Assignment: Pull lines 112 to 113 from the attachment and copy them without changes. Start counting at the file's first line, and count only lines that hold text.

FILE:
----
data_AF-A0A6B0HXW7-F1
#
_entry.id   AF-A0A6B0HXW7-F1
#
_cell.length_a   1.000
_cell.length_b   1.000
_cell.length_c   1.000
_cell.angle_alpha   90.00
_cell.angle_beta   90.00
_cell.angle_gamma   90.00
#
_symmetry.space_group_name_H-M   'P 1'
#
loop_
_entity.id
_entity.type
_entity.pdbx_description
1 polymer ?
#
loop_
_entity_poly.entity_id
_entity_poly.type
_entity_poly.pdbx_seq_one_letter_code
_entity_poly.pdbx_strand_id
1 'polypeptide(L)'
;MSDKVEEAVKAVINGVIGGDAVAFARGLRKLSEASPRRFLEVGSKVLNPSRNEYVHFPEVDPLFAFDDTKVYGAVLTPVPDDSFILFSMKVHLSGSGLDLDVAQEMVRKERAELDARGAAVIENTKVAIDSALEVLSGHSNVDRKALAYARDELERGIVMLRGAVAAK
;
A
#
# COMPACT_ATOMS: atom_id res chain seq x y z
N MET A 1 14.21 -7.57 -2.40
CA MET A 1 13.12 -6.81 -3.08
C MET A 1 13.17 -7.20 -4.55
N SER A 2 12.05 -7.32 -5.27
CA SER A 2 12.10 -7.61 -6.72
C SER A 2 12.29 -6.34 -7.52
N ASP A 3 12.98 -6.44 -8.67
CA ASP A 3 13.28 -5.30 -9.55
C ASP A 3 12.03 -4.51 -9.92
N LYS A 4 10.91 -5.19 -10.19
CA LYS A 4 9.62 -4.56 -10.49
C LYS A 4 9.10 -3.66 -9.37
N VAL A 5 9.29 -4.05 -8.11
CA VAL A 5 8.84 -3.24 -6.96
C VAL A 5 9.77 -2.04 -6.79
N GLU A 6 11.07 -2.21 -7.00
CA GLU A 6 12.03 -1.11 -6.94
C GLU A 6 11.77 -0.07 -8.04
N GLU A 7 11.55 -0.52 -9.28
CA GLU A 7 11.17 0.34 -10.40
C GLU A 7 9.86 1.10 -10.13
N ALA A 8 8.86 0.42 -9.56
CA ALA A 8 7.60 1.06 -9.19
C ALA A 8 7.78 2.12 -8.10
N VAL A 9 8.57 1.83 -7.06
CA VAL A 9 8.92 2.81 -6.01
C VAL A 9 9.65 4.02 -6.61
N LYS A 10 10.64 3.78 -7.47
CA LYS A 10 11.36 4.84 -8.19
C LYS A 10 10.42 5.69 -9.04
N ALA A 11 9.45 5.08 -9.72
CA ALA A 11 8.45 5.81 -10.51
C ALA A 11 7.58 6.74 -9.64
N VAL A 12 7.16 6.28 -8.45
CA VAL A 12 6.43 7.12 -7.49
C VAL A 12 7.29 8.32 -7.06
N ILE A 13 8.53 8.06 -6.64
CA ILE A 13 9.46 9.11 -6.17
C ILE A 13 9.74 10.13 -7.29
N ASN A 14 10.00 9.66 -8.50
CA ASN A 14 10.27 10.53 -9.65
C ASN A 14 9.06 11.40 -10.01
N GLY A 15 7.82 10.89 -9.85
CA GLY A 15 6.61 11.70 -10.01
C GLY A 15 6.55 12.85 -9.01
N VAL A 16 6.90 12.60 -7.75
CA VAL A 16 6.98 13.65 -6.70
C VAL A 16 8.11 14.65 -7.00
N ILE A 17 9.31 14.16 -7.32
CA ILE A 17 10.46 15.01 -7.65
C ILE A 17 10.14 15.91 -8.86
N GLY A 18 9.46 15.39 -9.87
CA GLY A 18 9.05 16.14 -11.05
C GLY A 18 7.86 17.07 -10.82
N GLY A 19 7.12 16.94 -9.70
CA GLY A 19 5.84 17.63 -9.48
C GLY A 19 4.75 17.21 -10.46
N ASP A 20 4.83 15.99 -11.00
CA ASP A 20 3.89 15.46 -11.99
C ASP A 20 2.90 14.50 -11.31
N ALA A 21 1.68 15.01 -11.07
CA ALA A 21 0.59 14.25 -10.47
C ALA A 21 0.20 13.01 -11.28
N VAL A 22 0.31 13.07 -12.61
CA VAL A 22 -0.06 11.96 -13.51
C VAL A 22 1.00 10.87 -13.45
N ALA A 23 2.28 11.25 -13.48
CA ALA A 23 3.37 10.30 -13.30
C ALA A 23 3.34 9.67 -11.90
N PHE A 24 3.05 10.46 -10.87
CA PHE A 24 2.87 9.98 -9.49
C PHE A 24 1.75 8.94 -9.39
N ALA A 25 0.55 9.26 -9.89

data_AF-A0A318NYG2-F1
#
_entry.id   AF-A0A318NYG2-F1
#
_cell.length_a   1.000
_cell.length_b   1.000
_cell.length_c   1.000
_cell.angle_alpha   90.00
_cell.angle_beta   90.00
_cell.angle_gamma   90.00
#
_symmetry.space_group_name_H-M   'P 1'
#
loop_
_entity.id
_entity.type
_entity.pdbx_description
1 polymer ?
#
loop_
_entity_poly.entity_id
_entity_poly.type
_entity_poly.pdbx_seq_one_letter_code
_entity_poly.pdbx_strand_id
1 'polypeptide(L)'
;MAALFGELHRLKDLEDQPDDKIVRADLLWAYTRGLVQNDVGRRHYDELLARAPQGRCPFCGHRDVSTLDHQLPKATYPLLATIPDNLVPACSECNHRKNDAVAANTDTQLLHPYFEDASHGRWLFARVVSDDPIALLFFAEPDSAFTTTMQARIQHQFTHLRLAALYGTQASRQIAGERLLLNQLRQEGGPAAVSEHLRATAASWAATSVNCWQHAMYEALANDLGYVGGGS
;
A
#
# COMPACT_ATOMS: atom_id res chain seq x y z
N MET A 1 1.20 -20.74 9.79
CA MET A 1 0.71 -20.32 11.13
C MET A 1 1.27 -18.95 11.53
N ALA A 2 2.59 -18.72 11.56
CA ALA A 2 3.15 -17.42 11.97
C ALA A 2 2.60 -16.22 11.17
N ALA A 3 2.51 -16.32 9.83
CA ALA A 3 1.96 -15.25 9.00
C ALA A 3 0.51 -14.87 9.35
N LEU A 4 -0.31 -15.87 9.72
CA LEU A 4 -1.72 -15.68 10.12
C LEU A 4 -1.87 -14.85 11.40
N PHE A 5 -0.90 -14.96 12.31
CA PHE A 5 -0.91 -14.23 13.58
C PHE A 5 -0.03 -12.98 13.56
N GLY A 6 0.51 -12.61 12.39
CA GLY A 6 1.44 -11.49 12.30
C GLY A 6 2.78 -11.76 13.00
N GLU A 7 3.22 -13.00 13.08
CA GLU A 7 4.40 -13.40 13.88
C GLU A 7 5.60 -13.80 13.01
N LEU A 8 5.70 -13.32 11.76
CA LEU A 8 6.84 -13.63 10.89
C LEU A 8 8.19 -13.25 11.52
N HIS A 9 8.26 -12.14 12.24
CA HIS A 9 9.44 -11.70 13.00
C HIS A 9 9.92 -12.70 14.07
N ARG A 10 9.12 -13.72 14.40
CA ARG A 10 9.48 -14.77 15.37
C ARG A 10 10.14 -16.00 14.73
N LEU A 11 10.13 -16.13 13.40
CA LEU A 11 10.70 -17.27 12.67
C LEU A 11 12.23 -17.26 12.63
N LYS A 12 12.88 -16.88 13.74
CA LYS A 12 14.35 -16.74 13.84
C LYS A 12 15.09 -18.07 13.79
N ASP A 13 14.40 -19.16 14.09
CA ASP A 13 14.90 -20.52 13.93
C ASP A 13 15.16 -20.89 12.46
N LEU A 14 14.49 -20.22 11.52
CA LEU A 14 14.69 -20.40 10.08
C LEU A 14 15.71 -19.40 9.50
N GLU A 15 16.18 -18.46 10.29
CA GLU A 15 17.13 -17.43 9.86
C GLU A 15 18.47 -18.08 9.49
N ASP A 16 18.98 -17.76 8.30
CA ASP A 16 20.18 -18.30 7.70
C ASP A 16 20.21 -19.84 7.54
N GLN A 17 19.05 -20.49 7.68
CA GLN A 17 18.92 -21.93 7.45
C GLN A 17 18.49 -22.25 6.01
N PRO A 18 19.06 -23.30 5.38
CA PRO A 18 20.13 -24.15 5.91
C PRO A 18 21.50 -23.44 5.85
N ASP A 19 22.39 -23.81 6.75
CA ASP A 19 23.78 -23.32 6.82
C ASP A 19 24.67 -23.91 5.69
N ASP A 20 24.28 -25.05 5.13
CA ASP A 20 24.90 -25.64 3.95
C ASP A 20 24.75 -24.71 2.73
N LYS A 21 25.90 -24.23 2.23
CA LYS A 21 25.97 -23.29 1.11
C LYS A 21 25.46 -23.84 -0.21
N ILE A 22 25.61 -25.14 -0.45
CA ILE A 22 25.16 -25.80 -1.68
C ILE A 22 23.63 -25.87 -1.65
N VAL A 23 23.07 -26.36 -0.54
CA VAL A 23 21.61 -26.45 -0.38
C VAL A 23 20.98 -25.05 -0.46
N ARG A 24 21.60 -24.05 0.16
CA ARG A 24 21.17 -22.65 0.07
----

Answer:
_cell.angle_beta   90.00
_cell.angle_gamma   90.00